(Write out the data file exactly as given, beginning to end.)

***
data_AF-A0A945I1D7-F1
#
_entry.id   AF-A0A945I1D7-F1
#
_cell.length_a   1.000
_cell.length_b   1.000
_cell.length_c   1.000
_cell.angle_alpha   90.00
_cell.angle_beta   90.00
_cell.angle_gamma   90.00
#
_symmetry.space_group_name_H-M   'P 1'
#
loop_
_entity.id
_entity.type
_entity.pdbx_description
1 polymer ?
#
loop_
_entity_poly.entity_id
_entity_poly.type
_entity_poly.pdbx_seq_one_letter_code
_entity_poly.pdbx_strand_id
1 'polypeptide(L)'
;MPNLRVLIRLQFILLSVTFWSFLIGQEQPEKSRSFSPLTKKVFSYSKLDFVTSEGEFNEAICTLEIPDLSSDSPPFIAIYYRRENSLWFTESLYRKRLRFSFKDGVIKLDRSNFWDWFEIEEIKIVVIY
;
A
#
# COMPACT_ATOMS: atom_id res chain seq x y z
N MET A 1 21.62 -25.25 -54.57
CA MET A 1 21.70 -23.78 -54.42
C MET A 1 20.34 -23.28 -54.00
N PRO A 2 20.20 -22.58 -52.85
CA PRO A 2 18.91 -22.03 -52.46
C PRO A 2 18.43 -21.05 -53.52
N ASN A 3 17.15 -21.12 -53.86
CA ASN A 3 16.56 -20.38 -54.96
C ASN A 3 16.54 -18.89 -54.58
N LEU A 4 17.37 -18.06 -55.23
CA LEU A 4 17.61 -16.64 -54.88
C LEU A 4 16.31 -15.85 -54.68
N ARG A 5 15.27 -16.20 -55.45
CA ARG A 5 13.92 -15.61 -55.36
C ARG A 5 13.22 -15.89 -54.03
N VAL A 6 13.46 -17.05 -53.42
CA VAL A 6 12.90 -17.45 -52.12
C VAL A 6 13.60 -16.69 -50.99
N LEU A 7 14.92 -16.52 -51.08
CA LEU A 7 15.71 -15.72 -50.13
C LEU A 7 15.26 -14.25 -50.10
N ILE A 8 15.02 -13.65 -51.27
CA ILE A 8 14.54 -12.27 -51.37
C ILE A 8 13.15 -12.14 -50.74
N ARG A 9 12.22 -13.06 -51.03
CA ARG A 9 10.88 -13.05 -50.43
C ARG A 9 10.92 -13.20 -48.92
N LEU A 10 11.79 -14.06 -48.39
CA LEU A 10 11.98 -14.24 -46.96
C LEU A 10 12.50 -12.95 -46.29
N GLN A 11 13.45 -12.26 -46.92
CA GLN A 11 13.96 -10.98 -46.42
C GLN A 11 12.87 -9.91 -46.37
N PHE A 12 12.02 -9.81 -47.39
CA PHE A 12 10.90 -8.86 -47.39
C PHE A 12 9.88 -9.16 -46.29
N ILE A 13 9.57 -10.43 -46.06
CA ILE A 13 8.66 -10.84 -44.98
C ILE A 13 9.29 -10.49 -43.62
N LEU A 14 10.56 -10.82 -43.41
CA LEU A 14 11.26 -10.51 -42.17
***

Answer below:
data_AF-A0A945I1D7-F1
#
_entry.id   AF-A0A945I1D7-F1
#
_cell.length_a   1.000
_cell.length_b   1.000
_cell.length_c   1.000
_cell.angle_alpha   90.00
_cell.angle_beta   90.00
_cell.angle_gamma   90.00
#
_symmetry.space_group_name_H-M   'P 1'
#
loop_
_entity.id
_entity.type
_entity.pdbx_description
1 polymer ?
#
loop_
_entity_poly.entity_id
_entity_poly.type
_entity_poly.pdbx_seq_one_letter_code
_entity_poly.pdbx_strand_id
1 'polypeptide(L)'
;MPNLRVLIRLQFILLSVTFWSFLIGQEQPEKSRSFSPLTKKVFSYSKLDFVTSEGEFNEAICTLEIPDLSSDSPPFIAIYYRRENSLWFTESLYRKRLRFSFKDGVIKLDRSNFWDWFEIEEIKIVVIY
;
A
#
# COMPACT_ATOMS: atom_id res chain seq x y z
N MET A 1 21.62 -25.25 -54.57
CA MET A 1 21.70 -23.78 -54.42
C MET A 1 20.34 -23.28 -54.00
N PRO A 2 20.20 -22.58 -52.85
CA PRO A 2 18.91 -22.03 -52.46
C PRO A 2 18.43 -21.05 -53.52
N ASN A 3 17.15 -21.12 -53.86
CA ASN A 3 16.56 -20.38 -54.96
C ASN A 3 16.54 -18.89 -54.58
N LEU A 4 17.37 -18.06 -55.23
CA LEU A 4 17.61 -16.64 -54.88
C LEU A 4 16.31 -15.85 -54.68
N ARG A 5 15.27 -16.20 -55.45
CA ARG A 5 13.92 -15.61 -55.36
C ARG A 5 13.22 -15.89 -54.03
N VAL A 6 13.46 -17.05 -53.42
CA VAL A 6 12.90 -17.45 -52.12
C VAL A 6 13.60 -16.69 -50.99
N LEU A 7 14.92 -16.52 -51.08
CA LEU A 7 15.71 -15.72 -50.13
C LEU A 7 15.26 -14.25 -50.10
N ILE A 8 15.02 -13.65 -51.27
CA ILE A 8 14.54 -12.27 -51.37
C ILE A 8 13.15 -12.14 -50.74
N ARG A 9 12.22 -13.06 -51.03
CA ARG A 9 10.88 -13.05 -50.43
C ARG A 9 10.92 -13.20 -48.92
N LEU A 10 11.79 -14.06 -48.39
CA LEU A 10 11.98 -14.24 -46.96
C LEU A 10 12.50 -12.95 -46.29
N GLN A 11 13.45 -12.26 -46.92
CA GLN A 11 13.96 -10.98 -46.42
C GLN A 11 12.87 -9.91 -46.37
N PHE A 12 12.02 -9.81 -47.39
CA PHE A 12 10.90 -8.86 -47.39
C PHE A 12 9.88 -9.16 -46.29
N ILE A 13 9.57 -10.43 -46.06
CA ILE A 13 8.66 -10.84 -44.98
C ILE A 13 9.29 -10.49 -43.62
N LEU A 14 10.56 -10.82 -43.41
CA LEU A 14 11.26 -10.51 -42.17